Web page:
The science reasoning section requires no outside knowledge of science. It is more like a series of science-based reading passages that include graphs and charts. Students must understand the information given in the charts and graphs and use it, along with what is written in the passages, to draw conclusions about the information presented.
English tests students’ knowledge of standard grammar, style, diction, etc.
Reading requires students to understand passages and answer questions in four different subject areas.
For the optional essay, students are given a writing prompt that explains two opposing points of view on an issue that applies to high school students today. Students are given 30 minutes to choose a side and write an argumentative essay on why the side they have chosen is preferable.
Here’s the breakdown on the time allotments for the New SAT®.
For math, there are about 57 questions. Students are given 80 minutes to answer those.
For language and writing, 44 questions in 35 minutes.
For reading, 52 questions in 65 minutes.
For the optional essay, students are allowed 50 minutes.
Overall, the test is three hours long. For students who opt to take the 50-minute optional essay, the time is three hours and 50 minutes of actual testing time. Students should expect to spend longer at the test center, though. Signing in, listening to the proctor’s instructions, and taking several breaks adds more time to the process.
For the ACT®, the time allotted for the mandatory portion of the test is just under three hours.
For math, students get 60 minutes to answer 60 questions.
For reading, 35 minutes for 40 questions.
For English, 45 minutes for 75 questions.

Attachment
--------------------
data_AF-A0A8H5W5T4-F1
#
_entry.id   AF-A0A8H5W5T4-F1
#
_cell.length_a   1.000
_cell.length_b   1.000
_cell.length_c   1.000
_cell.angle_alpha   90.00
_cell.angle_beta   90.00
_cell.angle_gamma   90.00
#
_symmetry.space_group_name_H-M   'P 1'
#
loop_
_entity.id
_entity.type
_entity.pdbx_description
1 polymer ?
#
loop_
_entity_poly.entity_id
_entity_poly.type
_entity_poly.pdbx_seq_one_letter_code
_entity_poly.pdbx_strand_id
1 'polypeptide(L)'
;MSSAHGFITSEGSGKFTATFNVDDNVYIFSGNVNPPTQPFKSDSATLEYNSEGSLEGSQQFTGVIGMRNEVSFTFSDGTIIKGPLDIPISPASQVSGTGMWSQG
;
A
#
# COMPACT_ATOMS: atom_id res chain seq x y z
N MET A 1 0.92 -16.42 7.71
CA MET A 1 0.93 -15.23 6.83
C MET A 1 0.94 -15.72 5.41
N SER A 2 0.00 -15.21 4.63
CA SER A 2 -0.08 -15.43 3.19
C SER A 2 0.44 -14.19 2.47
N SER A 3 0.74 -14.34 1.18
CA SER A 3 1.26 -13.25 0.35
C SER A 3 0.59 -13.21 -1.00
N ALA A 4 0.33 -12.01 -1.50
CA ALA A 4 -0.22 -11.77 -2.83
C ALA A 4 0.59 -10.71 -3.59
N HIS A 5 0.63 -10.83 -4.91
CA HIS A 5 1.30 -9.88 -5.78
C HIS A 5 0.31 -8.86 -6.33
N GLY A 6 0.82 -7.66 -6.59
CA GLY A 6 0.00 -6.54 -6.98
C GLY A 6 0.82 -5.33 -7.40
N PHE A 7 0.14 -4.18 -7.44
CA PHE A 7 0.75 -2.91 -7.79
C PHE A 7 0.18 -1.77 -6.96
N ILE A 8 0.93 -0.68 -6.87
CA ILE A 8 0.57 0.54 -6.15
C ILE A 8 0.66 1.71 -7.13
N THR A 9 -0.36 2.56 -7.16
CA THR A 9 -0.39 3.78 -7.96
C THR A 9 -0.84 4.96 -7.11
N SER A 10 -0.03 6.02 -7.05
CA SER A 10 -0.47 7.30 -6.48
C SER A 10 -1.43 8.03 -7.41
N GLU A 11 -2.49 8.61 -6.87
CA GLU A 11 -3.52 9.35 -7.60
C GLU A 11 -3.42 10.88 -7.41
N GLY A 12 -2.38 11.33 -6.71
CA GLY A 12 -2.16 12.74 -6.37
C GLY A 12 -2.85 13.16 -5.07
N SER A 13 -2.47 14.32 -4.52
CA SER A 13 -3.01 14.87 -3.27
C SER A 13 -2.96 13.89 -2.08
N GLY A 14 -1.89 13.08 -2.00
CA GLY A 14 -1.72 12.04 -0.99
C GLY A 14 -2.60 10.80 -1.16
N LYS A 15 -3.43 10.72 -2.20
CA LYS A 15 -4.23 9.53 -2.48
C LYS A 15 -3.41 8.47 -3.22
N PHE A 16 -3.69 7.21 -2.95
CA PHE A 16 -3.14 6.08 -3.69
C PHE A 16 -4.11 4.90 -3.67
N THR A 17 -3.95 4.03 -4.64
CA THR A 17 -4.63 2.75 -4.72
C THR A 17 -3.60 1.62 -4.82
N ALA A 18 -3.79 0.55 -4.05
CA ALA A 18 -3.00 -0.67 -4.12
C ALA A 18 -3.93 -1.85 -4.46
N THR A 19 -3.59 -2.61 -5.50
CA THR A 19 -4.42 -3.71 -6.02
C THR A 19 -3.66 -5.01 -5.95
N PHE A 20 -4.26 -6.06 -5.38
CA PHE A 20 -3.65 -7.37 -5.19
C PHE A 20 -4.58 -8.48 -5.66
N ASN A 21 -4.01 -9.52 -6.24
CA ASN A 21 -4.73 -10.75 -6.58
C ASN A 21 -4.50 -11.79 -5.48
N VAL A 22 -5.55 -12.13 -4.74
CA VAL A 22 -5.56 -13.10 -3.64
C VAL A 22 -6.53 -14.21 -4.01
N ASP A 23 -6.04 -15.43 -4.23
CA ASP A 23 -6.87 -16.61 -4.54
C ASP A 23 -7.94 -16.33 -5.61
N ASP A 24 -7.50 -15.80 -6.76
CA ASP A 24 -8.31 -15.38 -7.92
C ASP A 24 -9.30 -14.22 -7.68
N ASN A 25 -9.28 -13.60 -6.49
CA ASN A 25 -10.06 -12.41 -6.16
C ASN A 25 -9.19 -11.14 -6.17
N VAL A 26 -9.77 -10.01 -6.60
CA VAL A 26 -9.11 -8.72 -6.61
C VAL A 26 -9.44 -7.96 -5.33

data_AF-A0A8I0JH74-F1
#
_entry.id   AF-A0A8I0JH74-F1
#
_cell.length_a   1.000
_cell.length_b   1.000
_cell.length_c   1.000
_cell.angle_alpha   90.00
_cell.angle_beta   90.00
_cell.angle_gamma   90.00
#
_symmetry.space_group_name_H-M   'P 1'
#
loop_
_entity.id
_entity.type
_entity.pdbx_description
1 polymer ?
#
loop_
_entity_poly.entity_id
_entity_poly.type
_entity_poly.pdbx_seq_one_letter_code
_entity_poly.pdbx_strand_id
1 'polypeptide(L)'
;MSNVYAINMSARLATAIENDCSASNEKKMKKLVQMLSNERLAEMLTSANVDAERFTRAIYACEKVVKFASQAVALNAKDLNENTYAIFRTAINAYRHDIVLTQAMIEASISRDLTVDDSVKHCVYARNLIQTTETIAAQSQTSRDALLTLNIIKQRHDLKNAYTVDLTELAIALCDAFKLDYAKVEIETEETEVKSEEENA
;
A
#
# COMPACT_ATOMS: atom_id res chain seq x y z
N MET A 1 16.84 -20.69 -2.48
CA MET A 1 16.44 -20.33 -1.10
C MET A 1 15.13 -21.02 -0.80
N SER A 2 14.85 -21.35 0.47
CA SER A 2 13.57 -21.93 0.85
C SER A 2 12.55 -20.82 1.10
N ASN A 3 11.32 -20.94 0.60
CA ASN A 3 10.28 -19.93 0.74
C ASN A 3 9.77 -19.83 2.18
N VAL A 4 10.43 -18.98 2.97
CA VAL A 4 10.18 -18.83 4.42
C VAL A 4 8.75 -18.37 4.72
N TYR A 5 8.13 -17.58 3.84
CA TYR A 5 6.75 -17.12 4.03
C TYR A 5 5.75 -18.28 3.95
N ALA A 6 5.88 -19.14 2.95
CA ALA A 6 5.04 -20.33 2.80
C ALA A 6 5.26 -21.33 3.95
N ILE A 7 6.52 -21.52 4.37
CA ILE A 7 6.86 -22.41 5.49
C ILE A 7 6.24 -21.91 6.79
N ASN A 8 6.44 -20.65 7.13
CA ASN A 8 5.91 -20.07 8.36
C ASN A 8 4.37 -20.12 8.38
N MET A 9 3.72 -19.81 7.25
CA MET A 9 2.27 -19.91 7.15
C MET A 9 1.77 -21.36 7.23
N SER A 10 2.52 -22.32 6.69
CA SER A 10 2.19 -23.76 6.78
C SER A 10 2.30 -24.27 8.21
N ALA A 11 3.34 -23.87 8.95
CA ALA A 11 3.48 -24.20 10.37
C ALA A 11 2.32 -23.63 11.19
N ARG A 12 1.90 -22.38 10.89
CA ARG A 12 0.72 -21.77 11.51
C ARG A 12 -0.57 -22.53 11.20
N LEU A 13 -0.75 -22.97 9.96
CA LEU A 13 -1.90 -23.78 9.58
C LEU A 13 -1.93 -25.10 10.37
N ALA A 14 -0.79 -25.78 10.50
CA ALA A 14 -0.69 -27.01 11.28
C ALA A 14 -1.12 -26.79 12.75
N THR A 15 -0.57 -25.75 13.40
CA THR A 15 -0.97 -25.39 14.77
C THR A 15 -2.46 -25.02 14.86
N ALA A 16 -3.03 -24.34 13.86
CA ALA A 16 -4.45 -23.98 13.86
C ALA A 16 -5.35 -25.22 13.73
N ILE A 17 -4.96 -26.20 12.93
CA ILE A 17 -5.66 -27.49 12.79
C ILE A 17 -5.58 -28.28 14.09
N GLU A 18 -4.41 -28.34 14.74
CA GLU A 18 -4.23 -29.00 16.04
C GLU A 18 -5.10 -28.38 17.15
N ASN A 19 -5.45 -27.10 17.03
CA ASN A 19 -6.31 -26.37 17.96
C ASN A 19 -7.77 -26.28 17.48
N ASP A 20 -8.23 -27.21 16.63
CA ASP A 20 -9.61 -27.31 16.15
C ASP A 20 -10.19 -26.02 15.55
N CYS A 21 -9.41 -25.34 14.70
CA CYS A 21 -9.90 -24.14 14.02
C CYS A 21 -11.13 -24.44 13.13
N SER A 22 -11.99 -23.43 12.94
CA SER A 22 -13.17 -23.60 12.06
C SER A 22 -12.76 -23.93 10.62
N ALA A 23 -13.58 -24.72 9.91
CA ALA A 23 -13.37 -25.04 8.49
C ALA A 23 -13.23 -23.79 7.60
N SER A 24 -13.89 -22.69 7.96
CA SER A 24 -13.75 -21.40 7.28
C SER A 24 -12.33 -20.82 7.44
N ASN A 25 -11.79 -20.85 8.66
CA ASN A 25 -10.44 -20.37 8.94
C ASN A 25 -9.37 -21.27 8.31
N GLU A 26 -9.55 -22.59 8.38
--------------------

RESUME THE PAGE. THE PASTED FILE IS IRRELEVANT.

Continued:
For Science, 35 minutes to answer 40 questions.
For the optional essay, students have 30 minutes to write their essay.
The total testing time is 2 hours and 55 minutes without the optional essay, and 3 hours, 25 minutes with the essay. As with the SAT®, note that the actual process takes longer than the testing time once you account for sign-in, instructions, breaks, etc.
For the new SAT®, students encounter 3 long passages and one pair of short covering the following categories: US and world literature, History and social studies, science, and United States Founding Documents or the Great Global Conversation (or, culturally important works that deal with civil and political life, for instance Martin Luther King, Jr’s “I have a Dream” Speech.)
For a few of the questions, students will need to analyze charts or graphs in order to answer correctly.
The ACT® reading section tests students in four areas: prose fiction/literature, natural science, social science, and humanities. Questions determine how well students understood the passages. Questions may ask student to identify the main idea of a passage, make inferences, draw generalizations, understand vocabulary in proper context, and more.
The ACT® and the new SAT® are similar tests that differ in a few key areas. Students often prefer one of the tests over the other based on their personalities, but most students perform in the same range on both tests. Whichever test students decide to take, proper preparation is key to a score that opens doors. With this information, you should be one step closer to making an informed decision about which test to take. Good luck and happy studying!